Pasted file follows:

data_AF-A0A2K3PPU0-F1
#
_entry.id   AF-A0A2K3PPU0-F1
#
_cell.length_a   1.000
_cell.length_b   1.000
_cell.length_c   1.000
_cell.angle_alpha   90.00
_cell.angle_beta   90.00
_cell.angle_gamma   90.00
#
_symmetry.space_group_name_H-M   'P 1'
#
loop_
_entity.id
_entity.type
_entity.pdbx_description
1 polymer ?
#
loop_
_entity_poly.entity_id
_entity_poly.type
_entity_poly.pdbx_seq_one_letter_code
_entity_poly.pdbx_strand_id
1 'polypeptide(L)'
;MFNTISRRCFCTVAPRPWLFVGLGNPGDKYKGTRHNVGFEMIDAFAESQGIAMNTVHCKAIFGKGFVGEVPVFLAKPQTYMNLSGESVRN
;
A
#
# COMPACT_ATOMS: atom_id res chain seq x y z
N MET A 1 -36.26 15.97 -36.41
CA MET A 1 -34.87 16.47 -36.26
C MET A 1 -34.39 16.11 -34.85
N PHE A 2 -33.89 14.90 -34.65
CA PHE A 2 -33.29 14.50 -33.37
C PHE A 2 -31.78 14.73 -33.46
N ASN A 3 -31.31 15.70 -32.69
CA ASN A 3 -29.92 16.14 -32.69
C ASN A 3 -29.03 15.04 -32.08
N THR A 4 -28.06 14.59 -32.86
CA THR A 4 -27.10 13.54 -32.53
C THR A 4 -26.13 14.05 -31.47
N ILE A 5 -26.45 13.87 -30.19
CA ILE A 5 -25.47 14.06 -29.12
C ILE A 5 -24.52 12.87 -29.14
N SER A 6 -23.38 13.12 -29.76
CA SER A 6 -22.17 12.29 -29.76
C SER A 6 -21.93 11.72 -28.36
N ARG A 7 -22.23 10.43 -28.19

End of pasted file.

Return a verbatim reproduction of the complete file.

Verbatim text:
data_AF-A0A2K3PPU0-F1
#
_entry.id   AF-A0A2K3PPU0-F1
#
_cell.length_a   1.000
_cell.length_b   1.000
_cell.length_c   1.000
_cell.angle_alpha   90.00
_cell.angle_beta   90.00
_cell.angle_gamma   90.00
#
_symmetry.space_group_name_H-M   'P 1'
#
loop_
_entity.id
_entity.type
_entity.pdbx_description
1 polymer ?
#
loop_
_entity_poly.entity_id
_entity_poly.type
_entity_poly.pdbx_seq_one_letter_code
_entity_poly.pdbx_strand_id
1 'polypeptide(L)'
;MFNTISRRCFCTVAPRPWLFVGLGNPGDKYKGTRHNVGFEMIDAFAESQGIAMNTVHCKAIFGKGFVGEVPVFLAKPQTYMNLSGESVRN
;
A
#
# COMPACT_ATOMS: atom_id res chain seq x y z
N MET A 1 -36.26 15.97 -36.41
CA MET A 1 -34.87 16.47 -36.26
C MET A 1 -34.39 16.11 -34.85
N PHE A 2 -33.89 14.90 -34.65
CA PHE A 2 -33.29 14.50 -33.37
C PHE A 2 -31.78 14.73 -33.46
N ASN A 3 -31.31 15.70 -32.69
CA ASN A 3 -29.92 16.14 -32.69
C ASN A 3 -29.03 15.04 -32.08
N THR A 4 -28.06 14.59 -32.86
CA THR A 4 -27.10 13.54 -32.53
C THR A 4 -26.13 14.05 -31.47
N ILE A 5 -26.45 13.87 -30.19
CA ILE A 5 -25.47 14.06 -29.12
C ILE A 5 -24.52 12.87 -29.14
N SER A 6 -23.38 13.12 -29.76
CA SER A 6 -22.17 12.29 -29.76
C SER A 6 -21.93 11.72 -28.36
N ARG A 7 -22.23 10.43 -28.19